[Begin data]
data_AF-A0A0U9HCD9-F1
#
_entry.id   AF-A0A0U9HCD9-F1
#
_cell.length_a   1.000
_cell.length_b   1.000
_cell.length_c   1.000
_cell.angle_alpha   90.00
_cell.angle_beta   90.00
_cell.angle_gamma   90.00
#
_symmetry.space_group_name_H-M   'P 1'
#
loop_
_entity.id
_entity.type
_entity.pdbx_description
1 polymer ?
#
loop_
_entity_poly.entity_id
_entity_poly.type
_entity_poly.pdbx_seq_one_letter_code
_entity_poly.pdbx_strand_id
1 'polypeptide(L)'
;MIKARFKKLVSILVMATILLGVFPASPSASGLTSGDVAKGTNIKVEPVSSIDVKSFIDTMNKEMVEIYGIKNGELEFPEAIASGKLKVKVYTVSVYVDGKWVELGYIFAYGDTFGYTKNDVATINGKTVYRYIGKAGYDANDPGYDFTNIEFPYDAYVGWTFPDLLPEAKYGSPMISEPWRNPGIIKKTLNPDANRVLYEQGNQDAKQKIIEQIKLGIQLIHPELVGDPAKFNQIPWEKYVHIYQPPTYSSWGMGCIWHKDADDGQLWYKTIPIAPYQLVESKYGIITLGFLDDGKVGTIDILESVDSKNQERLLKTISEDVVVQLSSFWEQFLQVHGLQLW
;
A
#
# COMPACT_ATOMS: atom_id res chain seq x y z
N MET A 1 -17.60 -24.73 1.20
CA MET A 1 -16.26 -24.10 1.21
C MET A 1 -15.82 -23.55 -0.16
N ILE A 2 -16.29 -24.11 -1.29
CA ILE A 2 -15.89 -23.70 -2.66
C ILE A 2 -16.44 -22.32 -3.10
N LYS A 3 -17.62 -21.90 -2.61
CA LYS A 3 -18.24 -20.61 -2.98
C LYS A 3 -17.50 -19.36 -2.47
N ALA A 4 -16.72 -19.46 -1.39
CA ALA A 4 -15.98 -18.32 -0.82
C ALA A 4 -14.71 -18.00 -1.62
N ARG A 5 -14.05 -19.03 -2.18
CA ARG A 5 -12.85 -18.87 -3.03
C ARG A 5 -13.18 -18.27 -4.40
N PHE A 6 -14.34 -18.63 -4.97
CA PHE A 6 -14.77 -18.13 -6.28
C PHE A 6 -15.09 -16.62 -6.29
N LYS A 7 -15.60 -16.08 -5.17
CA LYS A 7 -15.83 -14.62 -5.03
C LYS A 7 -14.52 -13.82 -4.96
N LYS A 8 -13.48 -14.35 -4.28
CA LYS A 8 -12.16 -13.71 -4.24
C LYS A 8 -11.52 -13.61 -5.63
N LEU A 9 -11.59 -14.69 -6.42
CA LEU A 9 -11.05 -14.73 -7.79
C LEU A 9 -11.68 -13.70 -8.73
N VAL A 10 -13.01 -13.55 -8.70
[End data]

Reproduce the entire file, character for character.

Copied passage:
data_AF-A0A0U9HCD9-F1
#
_entry.id   AF-A0A0U9HCD9-F1
#
_cell.length_a   1.000
_cell.length_b   1.000
_cell.length_c   1.000
_cell.angle_alpha   90.00
_cell.angle_beta   90.00
_cell.angle_gamma   90.00
#
_symmetry.space_group_name_H-M   'P 1'
#
loop_
_entity.id
_entity.type
_entity.pdbx_description
1 polymer ?
#
loop_
_entity_poly.entity_id
_entity_poly.type
_entity_poly.pdbx_seq_one_letter_code
_entity_poly.pdbx_strand_id
1 'polypeptide(L)'
;MIKARFKKLVSILVMATILLGVFPASPSASGLTSGDVAKGTNIKVEPVSSIDVKSFIDTMNKEMVEIYGIKNGELEFPEAIASGKLKVKVYTVSVYVDGKWVELGYIFAYGDTFGYTKNDVATINGKTVYRYIGKAGYDANDPGYDFTNIEFPYDAYVGWTFPDLLPEAKYGSPMISEPWRNPGIIKKTLNPDANRVLYEQGNQDAKQKIIEQIKLGIQLIHPELVGDPAKFNQIPWEKYVHIYQPPTYSSWGMGCIWHKDADDGQLWYKTIPIAPYQLVESKYGIITLGFLDDGKVGTIDILESVDSKNQERLLKTISEDVVVQLSSFWEQFLQVHGLQLW
;
A
#
# COMPACT_ATOMS: atom_id res chain seq x y z
N MET A 1 -17.60 -24.73 1.20
CA MET A 1 -16.26 -24.10 1.21
C MET A 1 -15.82 -23.55 -0.16
N ILE A 2 -16.29 -24.11 -1.29
CA ILE A 2 -15.89 -23.70 -2.66
C ILE A 2 -16.44 -22.32 -3.10
N LYS A 3 -17.62 -21.90 -2.61
CA LYS A 3 -18.24 -20.61 -2.98
C LYS A 3 -17.50 -19.36 -2.47
N ALA A 4 -16.72 -19.46 -1.39
CA ALA A 4 -15.98 -18.32 -0.82
C ALA A 4 -14.71 -18.00 -1.62
N ARG A 5 -14.05 -19.03 -2.18
CA ARG A 5 -12.85 -18.87 -3.03
C ARG A 5 -13.18 -18.27 -4.40
N PHE A 6 -14.34 -18.63 -4.97
CA PHE A 6 -14.77 -18.13 -6.28
C PHE A 6 -15.09 -16.62 -6.29
N LYS A 7 -15.60 -16.08 -5.17
CA LYS A 7 -15.83 -14.62 -5.03
C LYS A 7 -14.52 -13.82 -4.96
N LYS A 8 -13.48 -14.35 -4.28
CA LYS A 8 -12.16 -13.71 -4.24
C LYS A 8 -11.52 -13.61 -5.63
N LEU A 9 -11.59 -14.69 -6.42
CA LEU A 9 -11.05 -14.73 -7.79
C LEU A 9 -11.68 -13.70 -8.73
N VAL A 10 -13.01 -13.55 -8.70